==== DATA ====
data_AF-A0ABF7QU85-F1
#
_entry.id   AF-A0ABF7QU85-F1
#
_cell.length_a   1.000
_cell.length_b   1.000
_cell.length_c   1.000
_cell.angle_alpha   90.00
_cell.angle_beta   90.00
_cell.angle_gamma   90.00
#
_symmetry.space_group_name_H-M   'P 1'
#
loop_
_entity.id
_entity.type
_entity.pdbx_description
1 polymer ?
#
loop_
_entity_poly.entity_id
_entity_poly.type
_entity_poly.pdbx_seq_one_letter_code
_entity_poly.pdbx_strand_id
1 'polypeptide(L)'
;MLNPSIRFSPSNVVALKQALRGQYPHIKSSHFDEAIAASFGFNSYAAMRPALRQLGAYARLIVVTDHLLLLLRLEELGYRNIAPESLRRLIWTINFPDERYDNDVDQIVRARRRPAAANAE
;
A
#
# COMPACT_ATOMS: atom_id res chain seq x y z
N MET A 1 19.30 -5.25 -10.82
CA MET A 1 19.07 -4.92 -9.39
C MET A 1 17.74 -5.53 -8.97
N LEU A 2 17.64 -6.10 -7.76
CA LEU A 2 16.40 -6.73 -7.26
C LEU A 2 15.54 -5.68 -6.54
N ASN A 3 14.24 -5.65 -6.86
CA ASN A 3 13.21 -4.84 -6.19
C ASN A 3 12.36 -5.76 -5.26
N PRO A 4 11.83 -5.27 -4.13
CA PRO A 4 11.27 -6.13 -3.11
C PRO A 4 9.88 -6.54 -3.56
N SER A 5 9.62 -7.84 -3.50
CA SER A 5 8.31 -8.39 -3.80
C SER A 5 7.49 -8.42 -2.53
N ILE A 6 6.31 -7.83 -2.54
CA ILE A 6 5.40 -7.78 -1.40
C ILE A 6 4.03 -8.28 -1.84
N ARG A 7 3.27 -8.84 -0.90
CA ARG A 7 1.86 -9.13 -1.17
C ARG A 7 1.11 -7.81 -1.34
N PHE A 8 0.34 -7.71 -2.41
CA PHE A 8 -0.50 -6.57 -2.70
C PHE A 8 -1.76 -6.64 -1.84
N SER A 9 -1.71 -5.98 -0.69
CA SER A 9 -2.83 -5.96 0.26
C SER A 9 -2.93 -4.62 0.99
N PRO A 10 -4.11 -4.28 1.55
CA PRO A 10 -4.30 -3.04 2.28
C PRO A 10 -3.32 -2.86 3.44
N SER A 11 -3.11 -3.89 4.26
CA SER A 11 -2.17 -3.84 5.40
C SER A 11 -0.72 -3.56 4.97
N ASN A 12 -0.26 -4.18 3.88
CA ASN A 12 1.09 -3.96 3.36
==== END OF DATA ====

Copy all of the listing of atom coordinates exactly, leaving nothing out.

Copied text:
data_AF-A0ABF7QU85-F1
#
_entry.id   AF-A0ABF7QU85-F1
#
_cell.length_a   1.000
_cell.length_b   1.000
_cell.length_c   1.000
_cell.angle_alpha   90.00
_cell.angle_beta   90.00
_cell.angle_gamma   90.00
#
_symmetry.space_group_name_H-M   'P 1'
#
loop_
_entity.id
_entity.type
_entity.pdbx_description
1 polymer ?
#
loop_
_entity_poly.entity_id
_entity_poly.type
_entity_poly.pdbx_seq_one_letter_code
_entity_poly.pdbx_strand_id
1 'polypeptide(L)'
;MLNPSIRFSPSNVVALKQALRGQYPHIKSSHFDEAIAASFGFNSYAAMRPALRQLGAYARLIVVTDHLLLLLRLEELGYRNIAPESLRRLIWTINFPDERYDNDVDQIVRARRRPAAANAE
;
A
#
# COMPACT_ATOMS: atom_id res chain seq x y z
N MET A 1 19.30 -5.25 -10.82
CA MET A 1 19.07 -4.92 -9.39
C MET A 1 17.74 -5.53 -8.97
N LEU A 2 17.64 -6.10 -7.76
CA LEU A 2 16.40 -6.73 -7.26
C LEU A 2 15.54 -5.68 -6.54
N ASN A 3 14.24 -5.65 -6.86
CA ASN A 3 13.21 -4.84 -6.19
C ASN A 3 12.36 -5.76 -5.26
N PRO A 4 11.83 -5.27 -4.13
CA PRO A 4 11.27 -6.13 -3.11
C PRO A 4 9.88 -6.54 -3.56
N SER A 5 9.62 -7.84 -3.50
CA SER A 5 8.31 -8.39 -3.80
C SER A 5 7.49 -8.42 -2.53
N ILE A 6 6.31 -7.83 -2.54
CA ILE A 6 5.40 -7.78 -1.40
C ILE A 6 4.03 -8.28 -1.84
N ARG A 7 3.27 -8.84 -0.90
CA ARG A 7 1.86 -9.13 -1.17
C ARG A 7 1.11 -7.81 -1.34
N PHE A 8 0.34 -7.71 -2.41
CA PHE A 8 -0.50 -6.57 -2.70
C PHE A 8 -1.76 -6.64 -1.84
N SER A 9 -1.71 -5.98 -0.69
CA SER A 9 -2.83 -5.96 0.26
C SER A 9 -2.93 -4.62 0.99
N PRO A 10 -4.11 -4.28 1.55
CA PRO A 10 -4.30 -3.04 2.28
C PRO A 10 -3.32 -2.86 3.44
N SER A 11 -3.11 -3.89 4.26
CA SER A 11 -2.17 -3.84 5.40
C SER A 11 -0.72 -3.56 4.97
N ASN A 12 -0.26 -4.18 3.88
CA ASN A 12 1.09 -3.96 3.36